Iraq In Iowa

Update II: As a comment from Kostner points out (quoting Citizen53) today Obama “dismissed his Democratic rivals’ change of heart on the Iraq war as too little too late.” But in November 2006, when Obama was not running for president, in a New Yorker Magazine article Obama said something quite different: “You know, I think very highly of Hillary. The more I get to know her, the more I admire her. I think she’s the most disciplined–one of the most disciplined people–I’ve ever met. She’s one of the toughest. She’s got an extraordinary intelligence. And she is, she’s somebody who’s in this stuff for the right reasons. She’s passionate about moving the country forward on issues like health care and children. So it’s not clear to me what differences we’ve had since I’ve been in the Senate. I think what people might point to is our different assessments of the war in Iraq, although I’m always careful to say that I was not in the Senate, so perhaps the reason I thought it was such a bad idea was that I didn’t have the benefit of U.S. intelligence. And, for those who did, it might have led to a different set of choices. So that might be something that sort of is obvious. But, again, we were in different circumstances at that time: I was running for the U.S. Senate, she had to take a vote, and casting votes is always a difficult test.”

Update: The desperate Obama campaign, falling apart even in his home state of Illinois, shows its hypocrisy once again. Obama’s flowery words say we should put “politics aside” even as his actions (For instance, following Hillary to Iowa and purposefully scheduling a speech a few blocks away from hers, days after Hillary announced her speech. We are sure he will say this is another “staff mistake”) once again demonstrate his true intent to divide Democrats in their attempts to stop the Iraq War. As Admin stated in the comments, Obama’s record in the Senate is clear. Obama has voted identically to Hillary in the Senate and has not attempted to block war funding until he decided to run for President. We thought Obama wanted to be a uniter not a divider. He is dividing Democrats on this critical issue for his desperate political needs.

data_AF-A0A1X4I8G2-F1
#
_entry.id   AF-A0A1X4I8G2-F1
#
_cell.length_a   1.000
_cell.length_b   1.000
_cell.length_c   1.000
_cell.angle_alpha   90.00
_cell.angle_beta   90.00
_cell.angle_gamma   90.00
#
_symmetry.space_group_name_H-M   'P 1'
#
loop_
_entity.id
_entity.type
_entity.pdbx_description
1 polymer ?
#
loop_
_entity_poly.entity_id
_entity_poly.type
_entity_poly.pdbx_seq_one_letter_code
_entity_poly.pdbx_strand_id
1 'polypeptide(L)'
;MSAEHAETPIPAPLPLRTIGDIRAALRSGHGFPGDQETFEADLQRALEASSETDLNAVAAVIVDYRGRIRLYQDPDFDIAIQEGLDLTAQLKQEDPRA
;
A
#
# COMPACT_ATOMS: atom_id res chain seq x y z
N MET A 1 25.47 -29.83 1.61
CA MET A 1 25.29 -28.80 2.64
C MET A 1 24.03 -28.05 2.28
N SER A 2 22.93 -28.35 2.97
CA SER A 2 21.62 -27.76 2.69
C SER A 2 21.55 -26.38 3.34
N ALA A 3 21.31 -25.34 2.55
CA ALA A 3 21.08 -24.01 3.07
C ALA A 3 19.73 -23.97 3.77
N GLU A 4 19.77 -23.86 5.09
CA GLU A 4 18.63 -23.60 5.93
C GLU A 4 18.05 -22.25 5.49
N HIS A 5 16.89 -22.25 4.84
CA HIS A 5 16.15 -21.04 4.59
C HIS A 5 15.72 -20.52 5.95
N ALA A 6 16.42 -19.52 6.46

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We noted way back in May in an article called Hillary On Iraq, Part II a central point about Hillary’s position on Iraq. Here is what we wrote then:

Hillary also understood that Bush was not to be fully trusted. Hillary tried to legislate restraints on Bush. Hillary voted and advocated for the Byrd Amendment. The Byrd Amendment would have revoked the war authority after 1 year. Senators such as John Edwards, opposed her. Senator John Edwards at the time was pushing the Iraq Resolution as a co-sponsor. Edwards rejected restraints on Bush and any amendments to the Iraq Resolution. Because of this opposition the Byrd Amendment failed.[See, Byrd Amdt. No. 4869, As Amended; To provide a termination date for the authorization of the use of the Armed Forces of the United States, together with procedures for the extension of such date unless Congress disapproves the extension.]

Yesterday, under Hillary Headlines, we noted this story in the Quad-City Times:

New York Sen. Hillary Clinton and Illinois Sen. Barack Obama will hold simultaneous campaign events on Tuesday just blocks apart in Iowa’s capital city. Each is considered a leading contender for the Democratic presidential nomination.

Clinton is scheduled to deliver a 10 a.m. speech on the Iraq war at the Temple for the Performing Arts. At the exact same time, Obama will hold a town hall meting on the economy at Des Moines Area Community College’s urban campus.

Clinton announced Saturday that she would speak in Des Moines. Obama’s trip was announced this morning.

It appeared yesterday that Senator Clinton would have something of importance to say regarding the Iraq War and her continuing efforts to restrain Bush from the very beginning. We hope that this time all Senators, even Senator Clinton’s opponents for the Democratic nomination, support her plan to end the war. Stephanie Bjornson, a Hillary campaign spokeswoman told the Des Moines Register that in the speech “She’ll go through the details of her current plan and elaborate a little bit more.”

Until we get the full details of what happened in Iowa today we do have Senator Clinton and Senator Byrd discussing their proposal in today’s New York Daily News.

Here are some excerpts of the plan all Democratic Senators should support:

The American people have waited long enough for progress in Iraq. They have waited long enough for the Iraqis to take responsibility for their own future. Today, more than 150,000 members of our armed forces are caught in a civil war. According to the Pentagon, overall levels of violence in Iraq have not decreased since the surge began. The last three months have been the deadliest period for American troops since the start of the war. It is time for the waiting to end and for our troops to start to come home.